Ferry service between US and Cuba to resume

A ferry service has received a license to operate between the United States and Cuba. Before the Cuban revolution ferries ran daily between Florida and Cuba, bringing American tourists to Havana's hotels and beaches.

The Obama administration approved the first ferry service in decades between the United States and Cuba on Tuesday, potentially opening a new path for the hundreds of thousands of people and hundreds of millions of dollars in goods that travel between Florida and Havana each year.

Baja Ferries, which operates passenger service in Mexico, said it received a license from the U.S. Treasury Department. Robert Muse, a lawyer for Baja Ferries, said he believed other ferry service petitions had also been approved. The Treasury Department said it could not immediately confirm that, but the Sun-Sentinel newspaper in Florida said approvals also were received by Havana Ferry Partners of Fort Lauderdale, United Caribbean Lines Florida in the Orlando area and Airline Brokers Co. of Miami.

Muse said Baja had yet to request approval from Cuba, but added that he was optimistic the service would allow a significant increase in trade and travel between the two countries.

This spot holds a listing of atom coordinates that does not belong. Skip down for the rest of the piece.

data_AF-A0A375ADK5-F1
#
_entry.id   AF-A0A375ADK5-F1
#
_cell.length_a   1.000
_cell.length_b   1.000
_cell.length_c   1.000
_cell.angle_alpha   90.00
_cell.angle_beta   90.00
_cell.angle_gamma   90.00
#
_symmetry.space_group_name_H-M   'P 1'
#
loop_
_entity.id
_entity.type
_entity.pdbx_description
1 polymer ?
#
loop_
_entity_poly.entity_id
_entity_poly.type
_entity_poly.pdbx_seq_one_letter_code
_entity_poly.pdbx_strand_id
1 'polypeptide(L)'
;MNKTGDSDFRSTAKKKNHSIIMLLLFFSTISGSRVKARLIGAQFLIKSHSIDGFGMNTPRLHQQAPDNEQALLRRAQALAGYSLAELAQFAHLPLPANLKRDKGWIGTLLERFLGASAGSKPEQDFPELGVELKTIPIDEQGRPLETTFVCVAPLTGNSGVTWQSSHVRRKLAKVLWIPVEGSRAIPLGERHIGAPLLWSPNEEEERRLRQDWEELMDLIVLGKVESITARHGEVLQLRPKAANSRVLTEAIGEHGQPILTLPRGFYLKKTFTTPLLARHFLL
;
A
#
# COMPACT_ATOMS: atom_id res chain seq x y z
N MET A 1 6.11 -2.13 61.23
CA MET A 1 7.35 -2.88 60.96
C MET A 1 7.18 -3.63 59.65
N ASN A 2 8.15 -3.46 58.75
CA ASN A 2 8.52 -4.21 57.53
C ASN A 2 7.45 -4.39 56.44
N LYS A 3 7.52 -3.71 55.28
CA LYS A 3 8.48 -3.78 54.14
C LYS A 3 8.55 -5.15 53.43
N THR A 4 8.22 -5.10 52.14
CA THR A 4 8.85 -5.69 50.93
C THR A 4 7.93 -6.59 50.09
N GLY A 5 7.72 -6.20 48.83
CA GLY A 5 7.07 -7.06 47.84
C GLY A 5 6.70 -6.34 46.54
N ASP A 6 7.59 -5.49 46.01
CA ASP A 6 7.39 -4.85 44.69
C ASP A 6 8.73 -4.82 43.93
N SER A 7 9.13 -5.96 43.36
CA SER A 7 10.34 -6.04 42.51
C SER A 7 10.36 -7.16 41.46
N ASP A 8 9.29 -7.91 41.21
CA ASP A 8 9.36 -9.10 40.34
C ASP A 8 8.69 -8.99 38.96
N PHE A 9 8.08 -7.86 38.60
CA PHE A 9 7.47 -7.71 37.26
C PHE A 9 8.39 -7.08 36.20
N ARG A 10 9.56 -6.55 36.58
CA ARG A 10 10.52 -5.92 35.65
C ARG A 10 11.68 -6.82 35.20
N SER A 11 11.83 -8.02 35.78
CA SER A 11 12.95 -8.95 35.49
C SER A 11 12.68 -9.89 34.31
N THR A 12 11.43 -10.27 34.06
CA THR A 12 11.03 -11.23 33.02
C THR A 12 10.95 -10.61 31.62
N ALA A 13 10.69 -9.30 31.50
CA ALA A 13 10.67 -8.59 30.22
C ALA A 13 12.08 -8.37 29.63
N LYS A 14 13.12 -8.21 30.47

The Cuban government made no immediate comment on the news and it is far from clear that it is willing or able to allow a major new channel for the movement of goods and people between the two countries.

"I think it's a further indication of the seriousness of the Obama administration in normalizing relations with Cuba," said Muse, an expert on U.S. law on Cuba. "We're now going from the theoretical to the very specific."

Before Cuba's 1959 revolution, ferries ran daily between Florida and Cuba, bringing American tourists to Havana's hotels and casinos and allowing Cubans to take overnight shopping trips to the United States.

That ended with the revolution, and the more than 600,000 people who travel between the U.S. and Cuba each year depend on expensive charter flights. About 80 percent of U.S .travelers to Cuba are Cuban-Americans visiting relatives, and a large number travel with huge amounts of consumer goods unavailable in communist Cuba, from baby clothes to flat-screen TV sets. That cargo has become increasingly expensive and difficult to bring in recent years due to the high prices charged by charters and tightened Cuban customs rules.

Muse said he believed ferries would allow lower-priced passenger and cargo service and provide a potential conduit for new forms of trade allowed by Obama when he announced a series of loopholes in the trade embargo on Cuba late last year. Among other measures, Obama allowed the import of some goods produced by Cuba's new private sector and allowed the virtually unlimited export of products to entrepreneurs.

Ferries also provide a new route for U.S. travelers to Cuba, who also depend on the charter services. Travel from the U.S. has been rising since Obama's Dec. 17 announcement, and new pressure groups are pushing for Congress to end all travel restrictions and allow pure tourism, currently prohibited by law.

Andrea Rodriguez contributed to this report.

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